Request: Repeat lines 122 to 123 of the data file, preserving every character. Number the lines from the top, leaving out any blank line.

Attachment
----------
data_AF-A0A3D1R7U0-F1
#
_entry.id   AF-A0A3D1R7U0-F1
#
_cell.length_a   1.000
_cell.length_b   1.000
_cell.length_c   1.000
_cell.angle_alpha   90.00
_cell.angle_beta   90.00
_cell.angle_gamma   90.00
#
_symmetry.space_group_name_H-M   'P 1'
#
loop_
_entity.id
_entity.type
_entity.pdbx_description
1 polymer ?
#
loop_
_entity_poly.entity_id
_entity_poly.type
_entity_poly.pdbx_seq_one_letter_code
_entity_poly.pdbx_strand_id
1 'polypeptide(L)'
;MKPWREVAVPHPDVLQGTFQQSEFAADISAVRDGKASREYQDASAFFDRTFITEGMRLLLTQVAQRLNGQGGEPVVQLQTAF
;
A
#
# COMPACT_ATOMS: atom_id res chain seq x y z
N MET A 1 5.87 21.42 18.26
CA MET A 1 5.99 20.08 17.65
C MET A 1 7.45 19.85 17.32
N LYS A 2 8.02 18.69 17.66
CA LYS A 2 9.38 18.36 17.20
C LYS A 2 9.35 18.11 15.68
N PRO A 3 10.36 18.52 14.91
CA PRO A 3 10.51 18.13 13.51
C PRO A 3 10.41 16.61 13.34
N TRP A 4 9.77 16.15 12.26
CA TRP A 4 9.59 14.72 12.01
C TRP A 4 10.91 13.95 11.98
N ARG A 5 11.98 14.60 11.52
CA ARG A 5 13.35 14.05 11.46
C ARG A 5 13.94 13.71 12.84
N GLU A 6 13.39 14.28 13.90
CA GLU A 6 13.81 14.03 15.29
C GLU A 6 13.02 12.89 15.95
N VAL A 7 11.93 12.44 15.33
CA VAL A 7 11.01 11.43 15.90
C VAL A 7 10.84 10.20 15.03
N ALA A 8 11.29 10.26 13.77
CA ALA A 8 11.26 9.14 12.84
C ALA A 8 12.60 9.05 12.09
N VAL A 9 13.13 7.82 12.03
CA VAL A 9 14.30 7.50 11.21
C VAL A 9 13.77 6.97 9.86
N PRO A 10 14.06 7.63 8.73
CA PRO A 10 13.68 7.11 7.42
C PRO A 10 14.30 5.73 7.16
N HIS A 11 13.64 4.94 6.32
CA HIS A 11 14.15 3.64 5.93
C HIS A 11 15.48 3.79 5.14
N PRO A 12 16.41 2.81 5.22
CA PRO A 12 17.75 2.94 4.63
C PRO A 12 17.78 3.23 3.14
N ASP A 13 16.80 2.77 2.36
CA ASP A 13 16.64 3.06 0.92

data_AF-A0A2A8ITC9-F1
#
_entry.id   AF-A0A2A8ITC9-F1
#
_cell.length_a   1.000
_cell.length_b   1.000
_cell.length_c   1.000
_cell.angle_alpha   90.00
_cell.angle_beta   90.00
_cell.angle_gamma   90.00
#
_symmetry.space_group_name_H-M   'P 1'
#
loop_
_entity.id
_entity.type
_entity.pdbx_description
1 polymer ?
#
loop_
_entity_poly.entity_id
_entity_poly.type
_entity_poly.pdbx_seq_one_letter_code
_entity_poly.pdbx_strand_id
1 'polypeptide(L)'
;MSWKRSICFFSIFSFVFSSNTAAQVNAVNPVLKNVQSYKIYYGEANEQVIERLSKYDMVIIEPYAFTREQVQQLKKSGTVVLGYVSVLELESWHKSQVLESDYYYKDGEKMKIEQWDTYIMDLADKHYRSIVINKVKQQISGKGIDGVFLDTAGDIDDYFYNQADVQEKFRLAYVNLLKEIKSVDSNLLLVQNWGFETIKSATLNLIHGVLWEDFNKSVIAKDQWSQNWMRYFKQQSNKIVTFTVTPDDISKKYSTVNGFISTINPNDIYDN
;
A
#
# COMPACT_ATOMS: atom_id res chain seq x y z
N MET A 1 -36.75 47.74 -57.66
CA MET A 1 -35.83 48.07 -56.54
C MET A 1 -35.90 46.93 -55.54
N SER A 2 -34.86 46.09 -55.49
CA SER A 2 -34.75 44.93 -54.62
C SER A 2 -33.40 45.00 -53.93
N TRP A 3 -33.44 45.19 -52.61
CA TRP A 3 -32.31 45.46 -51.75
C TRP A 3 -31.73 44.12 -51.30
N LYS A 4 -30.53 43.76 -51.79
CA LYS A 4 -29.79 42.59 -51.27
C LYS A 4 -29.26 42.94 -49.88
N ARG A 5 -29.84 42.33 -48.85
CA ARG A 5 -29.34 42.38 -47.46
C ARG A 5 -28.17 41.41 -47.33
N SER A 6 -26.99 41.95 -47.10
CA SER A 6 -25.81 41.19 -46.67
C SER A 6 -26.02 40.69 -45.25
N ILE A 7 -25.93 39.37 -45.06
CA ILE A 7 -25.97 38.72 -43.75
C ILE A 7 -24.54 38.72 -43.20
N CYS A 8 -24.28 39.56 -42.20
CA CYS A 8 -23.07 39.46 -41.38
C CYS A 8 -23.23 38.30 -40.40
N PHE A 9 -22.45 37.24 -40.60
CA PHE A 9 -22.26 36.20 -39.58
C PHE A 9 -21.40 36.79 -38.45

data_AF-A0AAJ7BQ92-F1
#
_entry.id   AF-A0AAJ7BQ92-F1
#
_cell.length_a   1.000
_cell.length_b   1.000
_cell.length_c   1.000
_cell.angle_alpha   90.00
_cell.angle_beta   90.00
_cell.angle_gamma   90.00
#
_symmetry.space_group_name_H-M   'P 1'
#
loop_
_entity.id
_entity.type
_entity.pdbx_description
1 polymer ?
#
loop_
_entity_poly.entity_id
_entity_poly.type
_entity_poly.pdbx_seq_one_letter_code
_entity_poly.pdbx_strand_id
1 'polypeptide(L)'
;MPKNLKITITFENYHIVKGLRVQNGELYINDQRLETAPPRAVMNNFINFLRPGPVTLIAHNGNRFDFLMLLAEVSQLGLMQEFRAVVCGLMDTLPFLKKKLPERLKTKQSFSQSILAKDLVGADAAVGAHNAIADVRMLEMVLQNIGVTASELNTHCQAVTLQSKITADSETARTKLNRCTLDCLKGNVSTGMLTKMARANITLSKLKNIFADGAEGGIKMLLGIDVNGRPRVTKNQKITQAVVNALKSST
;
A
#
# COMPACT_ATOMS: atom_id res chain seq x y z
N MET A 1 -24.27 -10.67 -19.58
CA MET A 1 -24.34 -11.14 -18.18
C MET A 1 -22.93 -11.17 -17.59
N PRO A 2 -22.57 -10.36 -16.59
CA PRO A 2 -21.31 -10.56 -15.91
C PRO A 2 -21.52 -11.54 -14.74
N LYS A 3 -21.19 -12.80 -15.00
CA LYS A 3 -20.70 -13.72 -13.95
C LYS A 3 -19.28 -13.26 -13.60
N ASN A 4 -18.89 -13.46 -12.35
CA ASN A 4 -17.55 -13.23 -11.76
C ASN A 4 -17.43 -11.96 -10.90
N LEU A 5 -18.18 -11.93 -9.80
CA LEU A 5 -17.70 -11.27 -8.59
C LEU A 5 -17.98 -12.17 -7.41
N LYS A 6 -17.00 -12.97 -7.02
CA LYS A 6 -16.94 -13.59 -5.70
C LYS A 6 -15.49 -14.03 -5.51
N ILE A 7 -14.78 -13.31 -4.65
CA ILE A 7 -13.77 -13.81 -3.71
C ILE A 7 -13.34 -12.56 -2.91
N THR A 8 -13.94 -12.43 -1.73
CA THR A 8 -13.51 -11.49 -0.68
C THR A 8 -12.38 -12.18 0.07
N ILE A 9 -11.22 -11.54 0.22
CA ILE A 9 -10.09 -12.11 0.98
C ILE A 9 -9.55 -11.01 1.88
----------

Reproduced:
C CYS A 8 -23.23 38.30 -40.40
N PHE A 9 -22.45 37.24 -40.60